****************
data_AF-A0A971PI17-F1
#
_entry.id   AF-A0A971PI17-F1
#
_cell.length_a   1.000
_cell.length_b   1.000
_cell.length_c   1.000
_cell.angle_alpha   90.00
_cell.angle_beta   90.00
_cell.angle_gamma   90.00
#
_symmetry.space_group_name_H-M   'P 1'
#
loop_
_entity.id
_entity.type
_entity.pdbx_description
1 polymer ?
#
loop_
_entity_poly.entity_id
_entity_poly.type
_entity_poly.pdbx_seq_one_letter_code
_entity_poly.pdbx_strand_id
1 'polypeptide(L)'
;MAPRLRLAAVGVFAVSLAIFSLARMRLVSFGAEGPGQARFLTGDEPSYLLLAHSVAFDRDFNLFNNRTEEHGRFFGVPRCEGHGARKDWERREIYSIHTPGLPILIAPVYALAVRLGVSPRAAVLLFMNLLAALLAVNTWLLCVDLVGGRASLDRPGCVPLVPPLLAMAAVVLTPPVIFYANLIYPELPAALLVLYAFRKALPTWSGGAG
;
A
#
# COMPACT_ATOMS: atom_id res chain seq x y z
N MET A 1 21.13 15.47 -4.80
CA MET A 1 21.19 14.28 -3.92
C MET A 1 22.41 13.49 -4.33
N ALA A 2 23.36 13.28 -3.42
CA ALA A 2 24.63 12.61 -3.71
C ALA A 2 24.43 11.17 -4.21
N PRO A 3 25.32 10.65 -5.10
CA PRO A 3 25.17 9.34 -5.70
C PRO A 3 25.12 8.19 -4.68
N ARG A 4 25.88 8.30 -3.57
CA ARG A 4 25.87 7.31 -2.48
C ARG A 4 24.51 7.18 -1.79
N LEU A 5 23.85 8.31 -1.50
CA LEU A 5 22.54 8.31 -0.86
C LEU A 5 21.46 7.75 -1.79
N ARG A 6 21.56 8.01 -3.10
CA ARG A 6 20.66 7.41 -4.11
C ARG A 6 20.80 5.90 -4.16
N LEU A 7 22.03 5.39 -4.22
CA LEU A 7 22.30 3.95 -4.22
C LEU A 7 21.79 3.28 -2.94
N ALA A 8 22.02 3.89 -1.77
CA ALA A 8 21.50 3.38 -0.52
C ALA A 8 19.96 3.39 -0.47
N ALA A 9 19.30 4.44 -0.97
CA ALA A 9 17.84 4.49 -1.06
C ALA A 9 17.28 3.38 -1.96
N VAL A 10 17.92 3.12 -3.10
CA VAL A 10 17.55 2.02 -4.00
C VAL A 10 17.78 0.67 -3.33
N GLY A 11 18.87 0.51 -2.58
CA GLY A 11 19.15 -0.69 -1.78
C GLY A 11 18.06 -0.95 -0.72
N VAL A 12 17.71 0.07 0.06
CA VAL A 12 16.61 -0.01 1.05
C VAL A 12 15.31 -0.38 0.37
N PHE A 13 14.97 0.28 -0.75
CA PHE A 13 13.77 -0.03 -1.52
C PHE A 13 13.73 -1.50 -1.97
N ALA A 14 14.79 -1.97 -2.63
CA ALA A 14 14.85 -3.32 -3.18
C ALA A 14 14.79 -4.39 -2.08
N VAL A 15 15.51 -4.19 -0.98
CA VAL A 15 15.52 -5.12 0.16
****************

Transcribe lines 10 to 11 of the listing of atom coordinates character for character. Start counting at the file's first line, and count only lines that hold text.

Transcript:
_cell.angle_gamma   90.00
#